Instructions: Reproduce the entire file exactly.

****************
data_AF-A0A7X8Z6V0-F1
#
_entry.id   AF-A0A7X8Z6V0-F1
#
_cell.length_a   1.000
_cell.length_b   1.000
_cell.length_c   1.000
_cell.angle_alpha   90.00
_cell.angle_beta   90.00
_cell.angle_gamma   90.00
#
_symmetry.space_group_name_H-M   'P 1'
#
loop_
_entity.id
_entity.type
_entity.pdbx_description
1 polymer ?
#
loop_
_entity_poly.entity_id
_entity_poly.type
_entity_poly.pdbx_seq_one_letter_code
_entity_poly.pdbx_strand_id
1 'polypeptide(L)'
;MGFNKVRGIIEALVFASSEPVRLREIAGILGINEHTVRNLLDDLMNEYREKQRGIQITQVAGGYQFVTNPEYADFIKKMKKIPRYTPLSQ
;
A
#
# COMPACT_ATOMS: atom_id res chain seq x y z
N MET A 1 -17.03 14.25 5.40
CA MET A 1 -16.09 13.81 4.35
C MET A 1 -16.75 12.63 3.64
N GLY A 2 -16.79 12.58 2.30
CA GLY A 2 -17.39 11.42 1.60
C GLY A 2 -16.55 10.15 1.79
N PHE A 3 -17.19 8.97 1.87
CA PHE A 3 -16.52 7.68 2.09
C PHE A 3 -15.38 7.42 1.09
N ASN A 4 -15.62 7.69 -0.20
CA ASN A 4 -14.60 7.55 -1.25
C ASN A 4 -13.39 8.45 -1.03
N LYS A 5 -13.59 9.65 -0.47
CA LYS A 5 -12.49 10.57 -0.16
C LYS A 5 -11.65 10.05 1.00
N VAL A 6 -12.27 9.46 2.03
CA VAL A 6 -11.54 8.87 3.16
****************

data_AF-A0A7X8Z6V0-F1
#
_entry.id   AF-A0A7X8Z6V0-F1
#
_cell.length_a   1.000
_cell.length_b   1.000
_cell.length_c   1.000
_cell.angle_alpha   90.00
_cell.angle_beta   90.00
_cell.angle_gamma   90.00
#
_symmetry.space_group_name_H-M   'P 1'
#
loop_
_entity.id
_entity.type
_entity.pdbx_description
1 polymer ?
#
loop_
_entity_poly.entity_id
_entity_poly.type
_entity_poly.pdbx_seq_one_letter_code
_entity_poly.pdbx_strand_id
1 'polypeptide(L)'
;MGFNKVRGIIEALVFASSEPVRLREIAGILGINEHTVRNLLDDLMNEYREKQRGIQITQVAGGYQFVTNPEYADFIKKMKKIPRYTPLSQ
;
A
#
# COMPACT_ATOMS: atom_id res chain seq x y z
N MET A 1 -17.03 14.25 5.40
CA MET A 1 -16.09 13.81 4.35
C MET A 1 -16.75 12.63 3.64
N GLY A 2 -16.79 12.58 2.30
CA GLY A 2 -17.39 11.42 1.60
C GLY A 2 -16.55 10.15 1.79
N PHE A 3 -17.19 8.97 1.87
CA PHE A 3 -16.52 7.68 2.09
C PHE A 3 -15.38 7.42 1.09
N ASN A 4 -15.62 7.69 -0.20
CA ASN A 4 -14.60 7.55 -1.25
C ASN A 4 -13.39 8.45 -1.03
N LYS A 5 -13.59 9.65 -0.47
CA LYS A 5 -12.49 10.57 -0.16
C LYS A 5 -11.65 10.05 1.00
N VAL A 6 -12.27 9.46 2.03
CA VAL A 6 -11.54 8.87 3.16